Drupal creator and project lead, Dries Buytaert, speaks passionately about the company he began as a hobby during his college days, with the business reach of Buytaert now extending into software company Acquia and Mollom.
Computerworld Australia caught up with Buytaert while he was in Australia for the first DrupalDownunder 2011 conference held last month in Brisbane, with the developer addressing claims that Drupal is a complex content management system (CMS) that becomes unmanageable once it is customised.
“At the end of the day, a content management system like Drupal is a complex tool," he said. "Building a complex website is not necessarily easy. It’s not a magical tool that will automatically build your website for you; it still needs some tweaking and some learning.”
One site that Drupal developers have taken on is the official site of US President Barack Obama.
“We’ve built some pretty complex websites with Drupal, like Whitehouse.gov and that’s not a small website,” Buytaert said.
While Buytaert said he hasn’t worked directly with Australian government organisations, he did say his personal experience of working on US government websites has been a challenge.
“I’ve done a lot of work with the US government and we’ve helped migrate a lot of departments and agencies to Drupal,” he said.
Buytaert said that a key part of the success of Drupal has come about due to the development of side projects like Acquia.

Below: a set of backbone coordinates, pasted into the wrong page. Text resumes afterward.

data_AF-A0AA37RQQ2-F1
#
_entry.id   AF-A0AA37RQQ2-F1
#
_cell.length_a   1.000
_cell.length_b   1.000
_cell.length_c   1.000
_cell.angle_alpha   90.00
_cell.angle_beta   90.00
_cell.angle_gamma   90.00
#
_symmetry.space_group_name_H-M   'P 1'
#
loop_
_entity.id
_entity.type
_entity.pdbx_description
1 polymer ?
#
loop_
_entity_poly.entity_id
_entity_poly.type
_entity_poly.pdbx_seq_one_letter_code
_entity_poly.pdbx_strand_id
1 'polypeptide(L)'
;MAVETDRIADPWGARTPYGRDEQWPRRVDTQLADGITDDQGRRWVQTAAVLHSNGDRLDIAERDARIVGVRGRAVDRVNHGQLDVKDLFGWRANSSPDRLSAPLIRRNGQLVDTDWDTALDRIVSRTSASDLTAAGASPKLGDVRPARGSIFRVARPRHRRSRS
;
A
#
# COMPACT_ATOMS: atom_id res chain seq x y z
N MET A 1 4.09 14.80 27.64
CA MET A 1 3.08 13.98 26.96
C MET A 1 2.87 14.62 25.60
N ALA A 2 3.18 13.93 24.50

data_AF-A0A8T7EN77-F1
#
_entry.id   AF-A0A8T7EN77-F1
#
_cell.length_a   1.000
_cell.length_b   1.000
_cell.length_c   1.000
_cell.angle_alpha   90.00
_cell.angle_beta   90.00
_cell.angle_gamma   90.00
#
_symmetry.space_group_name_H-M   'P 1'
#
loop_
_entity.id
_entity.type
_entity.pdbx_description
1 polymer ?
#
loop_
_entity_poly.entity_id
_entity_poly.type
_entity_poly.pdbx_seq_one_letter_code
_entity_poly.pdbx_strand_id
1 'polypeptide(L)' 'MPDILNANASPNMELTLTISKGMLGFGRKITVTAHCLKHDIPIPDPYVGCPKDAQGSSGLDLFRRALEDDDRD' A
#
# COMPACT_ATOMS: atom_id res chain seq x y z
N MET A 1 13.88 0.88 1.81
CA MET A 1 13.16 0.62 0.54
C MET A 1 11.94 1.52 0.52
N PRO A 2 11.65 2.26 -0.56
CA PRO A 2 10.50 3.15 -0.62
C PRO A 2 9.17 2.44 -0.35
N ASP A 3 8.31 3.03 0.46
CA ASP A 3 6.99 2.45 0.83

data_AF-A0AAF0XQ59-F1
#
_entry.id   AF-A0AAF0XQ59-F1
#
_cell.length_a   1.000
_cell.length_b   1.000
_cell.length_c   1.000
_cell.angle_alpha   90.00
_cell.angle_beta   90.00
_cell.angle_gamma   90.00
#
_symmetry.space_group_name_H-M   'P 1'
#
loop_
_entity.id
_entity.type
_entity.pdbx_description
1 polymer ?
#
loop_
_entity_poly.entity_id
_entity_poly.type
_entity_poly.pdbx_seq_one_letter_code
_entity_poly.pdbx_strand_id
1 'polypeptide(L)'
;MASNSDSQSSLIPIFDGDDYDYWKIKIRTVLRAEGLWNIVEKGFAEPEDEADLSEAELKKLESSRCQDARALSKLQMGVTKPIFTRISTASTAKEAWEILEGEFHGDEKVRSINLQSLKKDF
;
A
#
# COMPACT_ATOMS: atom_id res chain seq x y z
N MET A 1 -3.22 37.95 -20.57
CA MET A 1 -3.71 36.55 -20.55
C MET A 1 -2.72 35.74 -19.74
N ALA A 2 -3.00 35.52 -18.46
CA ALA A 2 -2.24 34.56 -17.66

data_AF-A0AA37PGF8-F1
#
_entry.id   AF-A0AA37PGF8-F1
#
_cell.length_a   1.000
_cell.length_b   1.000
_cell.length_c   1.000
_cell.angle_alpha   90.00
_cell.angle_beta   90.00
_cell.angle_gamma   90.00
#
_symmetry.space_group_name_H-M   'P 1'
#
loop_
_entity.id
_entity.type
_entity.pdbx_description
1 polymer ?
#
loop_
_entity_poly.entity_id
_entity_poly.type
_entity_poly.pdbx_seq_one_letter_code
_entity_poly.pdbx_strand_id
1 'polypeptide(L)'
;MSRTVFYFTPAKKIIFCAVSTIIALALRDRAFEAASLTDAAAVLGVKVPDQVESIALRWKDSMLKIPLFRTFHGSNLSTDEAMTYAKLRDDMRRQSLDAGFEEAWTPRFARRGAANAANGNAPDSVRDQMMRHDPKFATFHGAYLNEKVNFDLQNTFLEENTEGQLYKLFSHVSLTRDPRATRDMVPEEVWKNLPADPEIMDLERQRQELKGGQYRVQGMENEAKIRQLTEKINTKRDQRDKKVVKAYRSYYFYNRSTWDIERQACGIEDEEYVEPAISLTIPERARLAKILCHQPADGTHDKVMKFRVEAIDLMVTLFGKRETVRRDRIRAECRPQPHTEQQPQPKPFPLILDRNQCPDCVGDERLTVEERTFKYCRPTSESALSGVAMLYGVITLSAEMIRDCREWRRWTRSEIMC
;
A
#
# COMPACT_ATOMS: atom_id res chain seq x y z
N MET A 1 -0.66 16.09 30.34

“I think a lot of the larger organisations were waiting for something like Acquia to happen because it just makes their life easier,” he said.
“It takes some of the risk out of open source because they have someone that they can call 24/7. So overall, I think Acquia is extremely well received.”
Buytaert has also been busy with the release of Drupal 7, which was launched last month and marks the start of a number of changes set to be implemented this year.
“We’re moving the Drupal project over to GIT,” he said. “The positives are that we get new features and functionality, and its more modern – people will enjoy using it more.”
When asked about his leadership style and why some open source leaders are dubbed 'benevolent dictators', Buytaert said it ties into the style of the industry.
“I’m the project lead and the way we work is I try to get out of the way, have a hands-off approach," he said. "But when it comes to resolving conflicts or making decisions when there are disagreements, I’ll make a decision.
“So in that way, I guess it is like a dictator, but it’s a benevolent dictator.”
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